With the global pandemic putting our world and lives in a tailspin, it is perhaps hard to believe that only one year has passed since our communities faced back-to-back crises.
In March last year, MVPs Steve Knutson and Hamish Watson were at the MVP Summit when news broke of a mass shooting in Christchurch, New Zealand, which claimed the life of their dear friend and former MVP Atta Elayyan.
Then, the very next month in Sri Lanka, Shameera Prajapriya was in the middle of organising the Global Azure Bootcamp in Colombo before a series of bombs ripped through the capital city on Easter Sunday.
The dual tragedies hit our MVP communities in distinct ways and, at the same time, prompted action in the face of overwhelming situations to lift up those worst affected.
This is what the inaugural Devs Speak virtual series sought to highlight in May when the event, itself held during the coronavirus crisis, brought together developers and tech enthusiasts from APAC to discuss how they manage pandemics and improve support systems during trying times. Steve, Hamish, and Shameera shared their unique experiences in a panel entitled “Providing emotional support during a Crisis – Managing sensitivities and meet-ups during crisis period”.
In response to the mosque attack in Christchurch, Steve and Hamish said they felt compelled to use their IT skills in order to help the Canterbury Muslim Community Trust (CMCT) manage the resulting influx of online interest and donated goods. Thus, New Zealand and Australian volunteers gathered for a weekend community hackathon shortly following the attack to develop systems which could improve the trust’s customer relationship management capabilities, social media and website, and general IT systems.
Co-organizer Steve said the event empowered those with tech skills to best put them to use in a time of great community distress. “The big take away for me was a comment from one of the participants. They said they felt helpless and wanted to contribute in some way, and the hackathon provided a way to contribute using the skills we have,” he said.
“Crises are horrible to go through, but you can turn a positive out of that negative,” Hamish said.
This idea is certainly evident in the experience of Shameera, whose event was originally planned to take place only six days after the Colombo attack. Undeterred, Shameera and his co-organizers worked with the national government and event partners to reschedule the event for June.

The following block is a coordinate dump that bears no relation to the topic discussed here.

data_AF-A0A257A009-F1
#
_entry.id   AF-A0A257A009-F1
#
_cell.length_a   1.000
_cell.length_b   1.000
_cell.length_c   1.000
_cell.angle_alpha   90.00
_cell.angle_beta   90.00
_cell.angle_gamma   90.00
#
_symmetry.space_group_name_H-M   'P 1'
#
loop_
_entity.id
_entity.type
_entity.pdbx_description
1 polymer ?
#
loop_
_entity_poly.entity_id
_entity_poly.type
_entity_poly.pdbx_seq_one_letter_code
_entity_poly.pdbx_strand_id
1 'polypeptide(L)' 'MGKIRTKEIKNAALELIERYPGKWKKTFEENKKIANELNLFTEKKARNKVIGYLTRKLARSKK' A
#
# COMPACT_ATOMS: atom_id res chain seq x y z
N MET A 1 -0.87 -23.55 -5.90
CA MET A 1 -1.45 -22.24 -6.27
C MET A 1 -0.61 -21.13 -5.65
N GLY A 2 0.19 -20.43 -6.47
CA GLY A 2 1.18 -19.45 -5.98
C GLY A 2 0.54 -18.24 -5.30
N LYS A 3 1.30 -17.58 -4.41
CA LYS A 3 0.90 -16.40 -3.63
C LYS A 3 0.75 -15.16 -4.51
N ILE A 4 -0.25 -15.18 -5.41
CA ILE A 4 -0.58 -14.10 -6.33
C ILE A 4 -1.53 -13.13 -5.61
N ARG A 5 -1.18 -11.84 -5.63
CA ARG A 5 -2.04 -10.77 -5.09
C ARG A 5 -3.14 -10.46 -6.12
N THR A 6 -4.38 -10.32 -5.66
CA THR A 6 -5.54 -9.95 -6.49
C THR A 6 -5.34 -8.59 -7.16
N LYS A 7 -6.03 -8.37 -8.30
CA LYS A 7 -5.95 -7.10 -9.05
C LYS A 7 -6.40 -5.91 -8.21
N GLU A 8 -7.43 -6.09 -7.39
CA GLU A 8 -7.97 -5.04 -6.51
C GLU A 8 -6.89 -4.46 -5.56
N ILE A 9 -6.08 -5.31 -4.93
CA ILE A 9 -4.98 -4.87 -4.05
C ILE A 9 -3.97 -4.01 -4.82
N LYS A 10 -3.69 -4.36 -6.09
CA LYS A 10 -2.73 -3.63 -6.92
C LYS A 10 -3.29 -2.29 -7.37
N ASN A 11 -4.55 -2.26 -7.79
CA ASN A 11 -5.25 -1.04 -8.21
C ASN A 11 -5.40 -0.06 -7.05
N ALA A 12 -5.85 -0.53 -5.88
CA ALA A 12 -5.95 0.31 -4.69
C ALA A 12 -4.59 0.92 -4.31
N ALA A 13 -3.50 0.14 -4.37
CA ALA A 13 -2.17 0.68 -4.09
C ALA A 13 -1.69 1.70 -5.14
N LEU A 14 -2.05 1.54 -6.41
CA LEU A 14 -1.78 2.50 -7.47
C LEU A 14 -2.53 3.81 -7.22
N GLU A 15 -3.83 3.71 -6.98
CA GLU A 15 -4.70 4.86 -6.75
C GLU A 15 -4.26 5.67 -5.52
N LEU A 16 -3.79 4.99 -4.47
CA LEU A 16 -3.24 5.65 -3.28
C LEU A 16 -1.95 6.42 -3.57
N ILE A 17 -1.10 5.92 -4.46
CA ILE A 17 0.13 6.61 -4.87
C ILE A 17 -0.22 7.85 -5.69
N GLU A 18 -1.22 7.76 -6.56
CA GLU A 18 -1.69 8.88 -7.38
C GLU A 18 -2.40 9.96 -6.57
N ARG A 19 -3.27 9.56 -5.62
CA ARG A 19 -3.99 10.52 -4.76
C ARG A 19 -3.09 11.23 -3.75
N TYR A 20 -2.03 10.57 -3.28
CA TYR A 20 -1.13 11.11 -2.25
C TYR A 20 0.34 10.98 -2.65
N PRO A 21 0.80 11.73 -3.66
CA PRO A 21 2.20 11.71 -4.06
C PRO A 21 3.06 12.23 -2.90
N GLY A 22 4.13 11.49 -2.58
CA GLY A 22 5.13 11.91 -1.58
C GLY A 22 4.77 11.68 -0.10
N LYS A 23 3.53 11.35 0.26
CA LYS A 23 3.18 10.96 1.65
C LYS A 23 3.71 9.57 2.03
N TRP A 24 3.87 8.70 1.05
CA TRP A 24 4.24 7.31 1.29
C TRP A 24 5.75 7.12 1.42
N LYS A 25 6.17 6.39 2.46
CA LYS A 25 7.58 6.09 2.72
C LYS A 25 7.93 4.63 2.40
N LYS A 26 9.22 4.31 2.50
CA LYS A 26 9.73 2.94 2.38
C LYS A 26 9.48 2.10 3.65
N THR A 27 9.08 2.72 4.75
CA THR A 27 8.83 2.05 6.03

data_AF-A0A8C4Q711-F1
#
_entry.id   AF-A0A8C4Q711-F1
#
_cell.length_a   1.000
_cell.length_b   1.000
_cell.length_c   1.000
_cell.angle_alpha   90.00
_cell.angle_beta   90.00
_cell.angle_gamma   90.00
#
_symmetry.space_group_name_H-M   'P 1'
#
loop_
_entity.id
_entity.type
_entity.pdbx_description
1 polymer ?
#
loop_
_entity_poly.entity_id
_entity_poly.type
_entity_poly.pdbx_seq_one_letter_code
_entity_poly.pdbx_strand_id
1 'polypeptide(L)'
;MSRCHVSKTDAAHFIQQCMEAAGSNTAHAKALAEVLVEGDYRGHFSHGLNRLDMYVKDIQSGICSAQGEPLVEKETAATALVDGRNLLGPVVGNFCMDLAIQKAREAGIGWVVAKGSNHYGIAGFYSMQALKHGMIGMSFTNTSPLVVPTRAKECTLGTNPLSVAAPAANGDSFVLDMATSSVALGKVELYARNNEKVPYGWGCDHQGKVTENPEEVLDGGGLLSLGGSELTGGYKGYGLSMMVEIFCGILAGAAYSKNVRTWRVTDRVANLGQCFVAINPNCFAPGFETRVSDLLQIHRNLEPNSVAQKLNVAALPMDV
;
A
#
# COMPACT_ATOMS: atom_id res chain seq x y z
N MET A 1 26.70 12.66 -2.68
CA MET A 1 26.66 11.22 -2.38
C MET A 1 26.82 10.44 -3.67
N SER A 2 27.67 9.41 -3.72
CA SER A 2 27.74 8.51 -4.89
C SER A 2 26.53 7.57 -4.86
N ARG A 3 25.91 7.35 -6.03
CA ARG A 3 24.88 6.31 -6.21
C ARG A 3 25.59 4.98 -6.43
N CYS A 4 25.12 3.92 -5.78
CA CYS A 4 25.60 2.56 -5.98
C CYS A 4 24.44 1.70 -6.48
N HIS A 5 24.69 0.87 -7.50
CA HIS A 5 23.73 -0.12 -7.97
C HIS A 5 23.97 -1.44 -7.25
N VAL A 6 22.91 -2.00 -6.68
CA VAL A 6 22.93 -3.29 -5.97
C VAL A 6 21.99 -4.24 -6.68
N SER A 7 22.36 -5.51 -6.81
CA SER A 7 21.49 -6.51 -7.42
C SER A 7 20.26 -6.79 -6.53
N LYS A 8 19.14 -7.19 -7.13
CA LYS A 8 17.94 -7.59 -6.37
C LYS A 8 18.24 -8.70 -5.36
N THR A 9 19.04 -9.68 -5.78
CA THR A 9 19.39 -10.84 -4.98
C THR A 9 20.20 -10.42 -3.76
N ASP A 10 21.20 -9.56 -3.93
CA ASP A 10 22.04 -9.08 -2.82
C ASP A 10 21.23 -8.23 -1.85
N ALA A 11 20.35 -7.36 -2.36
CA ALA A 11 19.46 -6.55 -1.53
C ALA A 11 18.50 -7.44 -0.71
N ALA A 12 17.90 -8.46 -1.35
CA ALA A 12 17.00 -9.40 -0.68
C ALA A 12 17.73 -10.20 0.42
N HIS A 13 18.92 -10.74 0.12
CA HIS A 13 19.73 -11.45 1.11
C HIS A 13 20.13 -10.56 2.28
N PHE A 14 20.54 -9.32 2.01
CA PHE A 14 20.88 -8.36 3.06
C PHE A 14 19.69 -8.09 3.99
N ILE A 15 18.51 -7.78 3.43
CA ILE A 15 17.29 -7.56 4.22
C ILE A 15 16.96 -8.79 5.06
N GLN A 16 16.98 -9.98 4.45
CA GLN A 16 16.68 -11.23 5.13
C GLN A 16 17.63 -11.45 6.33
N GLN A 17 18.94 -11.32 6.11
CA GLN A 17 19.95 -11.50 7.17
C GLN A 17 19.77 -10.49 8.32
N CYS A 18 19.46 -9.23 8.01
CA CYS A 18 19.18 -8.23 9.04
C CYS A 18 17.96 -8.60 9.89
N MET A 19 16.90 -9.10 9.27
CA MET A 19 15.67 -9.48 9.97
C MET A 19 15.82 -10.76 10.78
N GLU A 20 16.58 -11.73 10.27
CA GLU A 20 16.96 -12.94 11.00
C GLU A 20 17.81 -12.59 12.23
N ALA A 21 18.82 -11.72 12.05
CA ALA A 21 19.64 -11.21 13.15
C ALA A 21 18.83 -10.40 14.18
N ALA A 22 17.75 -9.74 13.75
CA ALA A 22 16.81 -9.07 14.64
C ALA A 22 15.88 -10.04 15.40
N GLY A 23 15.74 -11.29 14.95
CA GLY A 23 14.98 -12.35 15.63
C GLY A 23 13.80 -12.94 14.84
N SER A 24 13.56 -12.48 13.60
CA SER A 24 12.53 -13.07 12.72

“After going through many barriers, we were able to host the Global Azure Bootcamp Colombo event as another successful event in Sri Lanka with more than 300 participants, three different technology tracks, one keynote session, and 21 other sessions,” he said.
The event success was evident in the feedback of attendees, Shameera said, with one young woman later writing online that the conference was a chance to once more share “contact with strangers and contribute to reunite this country.”
The Devs Speak panel formed part of a larger two-hour stream which featured nine speakers from eight different countries on YouTube. The “Riding the Tide” event also featured Thailand-based Microsoft Student Partner Jackie Kongpon Charanwattanakit, Founder and President of DevCon Philippines Winston Damarillo, Microsoft Cloud Advocate Chloe Condon, and others.
Fellow event speaker Ben Ishayama-Levy, who is helping Japan to build their Covid-19 Radar App with Microsoft, said it was heartwarming to see so many in the APAC tech community working to solve problems one line of code at a time. “As tech speakers, this is our role to share what we are passionate about, raise awareness on issues that unequivocally matters, and highlight we all can make a difference using each unique skillset. All we have to do is jump in,” Ben said.
Devs Speak is a product of turning a negative into a positive with the event following the earlier cancellation of Microsoft Ignite the Tour Singapore. As a result, the local MVP Program and Cloud advocacy team explored running a series of virtual events to support the tech community in the region.
Devs Speak, which organizers hope to be held quarterly, marks the first of its kind bringing together MVPs, Microsoft Student Partners/Learn Ambassadors, and broader developer communities in the region.
You must be a registered user to add a comment. If you've already registered, sign in. Otherwise, register and sign in.